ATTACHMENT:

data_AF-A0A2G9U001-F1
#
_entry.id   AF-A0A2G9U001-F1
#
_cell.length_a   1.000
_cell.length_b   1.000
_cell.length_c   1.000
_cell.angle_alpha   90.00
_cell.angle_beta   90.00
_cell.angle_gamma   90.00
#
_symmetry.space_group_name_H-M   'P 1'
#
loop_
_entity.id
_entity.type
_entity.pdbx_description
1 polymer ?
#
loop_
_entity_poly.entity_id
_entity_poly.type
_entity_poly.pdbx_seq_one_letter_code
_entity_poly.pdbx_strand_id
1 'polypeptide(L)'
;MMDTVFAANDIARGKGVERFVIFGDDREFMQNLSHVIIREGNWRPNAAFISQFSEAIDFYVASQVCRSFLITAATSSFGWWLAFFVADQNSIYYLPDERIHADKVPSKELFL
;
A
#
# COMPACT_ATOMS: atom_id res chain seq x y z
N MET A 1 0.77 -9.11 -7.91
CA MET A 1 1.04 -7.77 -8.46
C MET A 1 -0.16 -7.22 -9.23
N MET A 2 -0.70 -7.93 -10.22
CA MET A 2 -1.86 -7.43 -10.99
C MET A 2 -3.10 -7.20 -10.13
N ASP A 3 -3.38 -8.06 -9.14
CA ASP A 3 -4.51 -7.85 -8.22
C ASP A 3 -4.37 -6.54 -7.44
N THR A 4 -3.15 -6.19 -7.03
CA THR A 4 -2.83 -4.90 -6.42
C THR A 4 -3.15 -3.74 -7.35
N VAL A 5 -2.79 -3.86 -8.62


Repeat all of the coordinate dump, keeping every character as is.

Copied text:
data_AF-A0A2G9U001-F1
#
_entry.id   AF-A0A2G9U001-F1
#
_cell.length_a   1.000
_cell.length_b   1.000
_cell.length_c   1.000
_cell.angle_alpha   90.00
_cell.angle_beta   90.00
_cell.angle_gamma   90.00
#
_symmetry.space_group_name_H-M   'P 1'
#
loop_
_entity.id
_entity.type
_entity.pdbx_description
1 polymer ?
#
loop_
_entity_poly.entity_id
_entity_poly.type
_entity_poly.pdbx_seq_one_letter_code
_entity_poly.pdbx_strand_id
1 'polypeptide(L)'
;MMDTVFAANDIARGKGVERFVIFGDDREFMQNLSHVIIREGNWRPNAAFISQFSEAIDFYVASQVCRSFLITAATSSFGWWLAFFVADQNSIYYLPDERIHADKVPSKELFL
;
A
#
# COMPACT_ATOMS: atom_id res chain seq x y z
N MET A 1 0.77 -9.11 -7.91
CA MET A 1 1.04 -7.77 -8.46
C MET A 1 -0.16 -7.22 -9.23
N MET A 2 -0.70 -7.93 -10.22
CA MET A 2 -1.86 -7.43 -10.99
C MET A 2 -3.10 -7.20 -10.13
N ASP A 3 -3.38 -8.06 -9.14
CA ASP A 3 -4.51 -7.85 -8.22
C ASP A 3 -4.37 -6.54 -7.44
N THR A 4 -3.15 -6.19 -7.03
CA THR A 4 -2.83 -4.90 -6.42
C THR A 4 -3.15 -3.74 -7.35
N VAL A 5 -2.79 -3.86 -8.62